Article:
The fifth annual State of Security Operations Report from LSE listed security specialist Micro Focus finds the UK leading the global pack in improved cyber defence capabilities.
Historical median cyber security maturity levels remained statistically steady across the other seven regions in 2017, but the report identifies significant year-to-year improvements in Asia, BeNeLux (Belgium, the Netherlands and Luxembourg), and South America.
The report, which is based on 200 assessments of 144 discreet Security Operational Centres (SOC) organisations in 33 countries, finds that there was a “turning of the tide” in 2017.
This came, the FTSE 100 company said, after haphazard efforts between 2014 and 2016 that saw many organisations “apply band aids through trendy products while others completely dismantled programs and performed full transformations of the technology deployed only to find similar, dissatisfying results based on internal operational weaknesses.”
Matthew Shriner, VP, Security Professional Services for Micro Focus, said: “We are seeing a much higher degree of operational sophistication than ever before. Whether linked to data regulation, such as the GDPR, or changing internal processes and technology, SOCs are increasingly satisfying the objectives of companies’ cyber defence investments. Nearly 25% of organisations assessed are meeting business goals, a nearly 10% improvement year-on-year.”
Two thirds of all industries experienced median maturity improvement in 2017 with Telecom and Retail showing double digit growth. Technology organizations displayed the largest drop-off in this year’s data at -12%; a dip that the report identifies as largely attributable to significant shifts in their cyber defence operations strategy and the adoption of “new tools and hybrid IT solutions that will take time and effort to mature in the environment.”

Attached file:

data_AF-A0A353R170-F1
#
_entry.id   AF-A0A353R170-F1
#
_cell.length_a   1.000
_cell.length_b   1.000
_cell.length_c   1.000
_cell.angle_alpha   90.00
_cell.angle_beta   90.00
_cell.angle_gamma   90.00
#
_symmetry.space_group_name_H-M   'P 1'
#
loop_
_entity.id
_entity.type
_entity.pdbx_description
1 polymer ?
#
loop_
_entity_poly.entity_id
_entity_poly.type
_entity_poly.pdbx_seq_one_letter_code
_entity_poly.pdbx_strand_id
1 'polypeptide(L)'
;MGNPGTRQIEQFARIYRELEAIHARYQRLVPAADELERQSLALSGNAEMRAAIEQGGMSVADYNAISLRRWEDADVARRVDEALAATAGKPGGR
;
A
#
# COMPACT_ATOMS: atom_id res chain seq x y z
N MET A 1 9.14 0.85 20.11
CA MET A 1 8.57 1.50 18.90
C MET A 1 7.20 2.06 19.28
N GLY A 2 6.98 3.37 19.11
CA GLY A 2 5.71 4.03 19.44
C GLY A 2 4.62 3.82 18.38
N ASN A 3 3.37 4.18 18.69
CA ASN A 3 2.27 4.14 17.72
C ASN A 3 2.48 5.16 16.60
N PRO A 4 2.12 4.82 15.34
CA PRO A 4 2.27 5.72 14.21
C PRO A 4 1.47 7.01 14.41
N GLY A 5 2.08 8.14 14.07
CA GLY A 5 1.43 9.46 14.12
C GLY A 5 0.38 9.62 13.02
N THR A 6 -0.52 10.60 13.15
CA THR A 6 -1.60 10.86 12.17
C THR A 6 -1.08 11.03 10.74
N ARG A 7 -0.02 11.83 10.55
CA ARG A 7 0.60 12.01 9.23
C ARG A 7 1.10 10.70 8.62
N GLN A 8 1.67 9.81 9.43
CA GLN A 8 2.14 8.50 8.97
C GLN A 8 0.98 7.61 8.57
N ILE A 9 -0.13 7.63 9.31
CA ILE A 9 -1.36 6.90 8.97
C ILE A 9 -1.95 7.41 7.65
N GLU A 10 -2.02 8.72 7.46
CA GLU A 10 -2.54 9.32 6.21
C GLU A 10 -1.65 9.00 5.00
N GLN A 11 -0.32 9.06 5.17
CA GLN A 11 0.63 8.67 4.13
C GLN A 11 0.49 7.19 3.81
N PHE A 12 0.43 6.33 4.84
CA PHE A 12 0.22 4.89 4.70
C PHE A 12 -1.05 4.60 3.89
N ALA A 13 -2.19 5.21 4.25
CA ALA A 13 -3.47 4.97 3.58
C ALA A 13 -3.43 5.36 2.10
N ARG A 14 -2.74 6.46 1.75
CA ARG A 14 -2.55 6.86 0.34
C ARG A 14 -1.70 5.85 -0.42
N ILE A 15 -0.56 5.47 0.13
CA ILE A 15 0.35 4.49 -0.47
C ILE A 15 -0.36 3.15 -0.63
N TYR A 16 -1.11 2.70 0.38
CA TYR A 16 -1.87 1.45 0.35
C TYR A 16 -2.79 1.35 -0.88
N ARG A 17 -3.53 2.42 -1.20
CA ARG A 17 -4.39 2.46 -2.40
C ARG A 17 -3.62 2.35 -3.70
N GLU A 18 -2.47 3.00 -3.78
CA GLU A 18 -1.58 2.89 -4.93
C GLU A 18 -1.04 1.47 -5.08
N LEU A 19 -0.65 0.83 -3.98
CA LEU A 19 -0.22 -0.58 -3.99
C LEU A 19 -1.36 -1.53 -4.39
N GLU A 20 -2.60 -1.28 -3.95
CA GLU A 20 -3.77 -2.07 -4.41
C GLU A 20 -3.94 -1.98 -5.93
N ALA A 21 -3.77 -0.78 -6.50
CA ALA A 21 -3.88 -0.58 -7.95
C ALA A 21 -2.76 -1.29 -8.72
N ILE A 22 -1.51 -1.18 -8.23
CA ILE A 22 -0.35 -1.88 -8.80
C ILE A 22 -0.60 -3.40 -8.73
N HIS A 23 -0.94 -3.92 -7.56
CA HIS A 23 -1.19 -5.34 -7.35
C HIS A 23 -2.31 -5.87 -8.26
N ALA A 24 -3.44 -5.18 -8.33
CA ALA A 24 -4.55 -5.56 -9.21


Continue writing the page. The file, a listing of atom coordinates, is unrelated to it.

A rise in the use of “Deception Grids” (honeypots) was also noted in the survey.
Cyber security across most business and public sector organizations is defensive in nature, creating an asynchronous situation where the adversary knows more about the target and can afford to fail in most attacks, as long as a single attack is successful.
Deception grids can be part of the answer, the report highlights: “As attackers got better at automating the earlier stages of an attack and as the economics and competition for targets became more intense, attackers became more selective about spending resources.”
It adds: “Because of the shift in the economy of an attack, deception grid solutions can be very attractive. By deploying systems that spread misinformation about the target system and leveraging a layer of automated deception, organizations can alter the findings of scripted reconnaissance and cause attackers to deploy resources that are ineffective on the target system and reveal information about themselves.”
Cloud-based security strategies, however, were not all plain sailing, the report emphasises: “For most SOCs a cloud strategy resulted in the loss of visibility and greater initial risk as they now lack insight and can no longer report on the security of many functions moved to the cloud. Most organizations’ cloud strategies focused on application functionality and did not account for the security and logging requirements, storage, and bandwidth necessary for security monitoring… plans to monitor did not follow key assets to the cloud for most security operations centres, leaving these SOCs with visibility only into the functionality that remained within legacy data centre space.”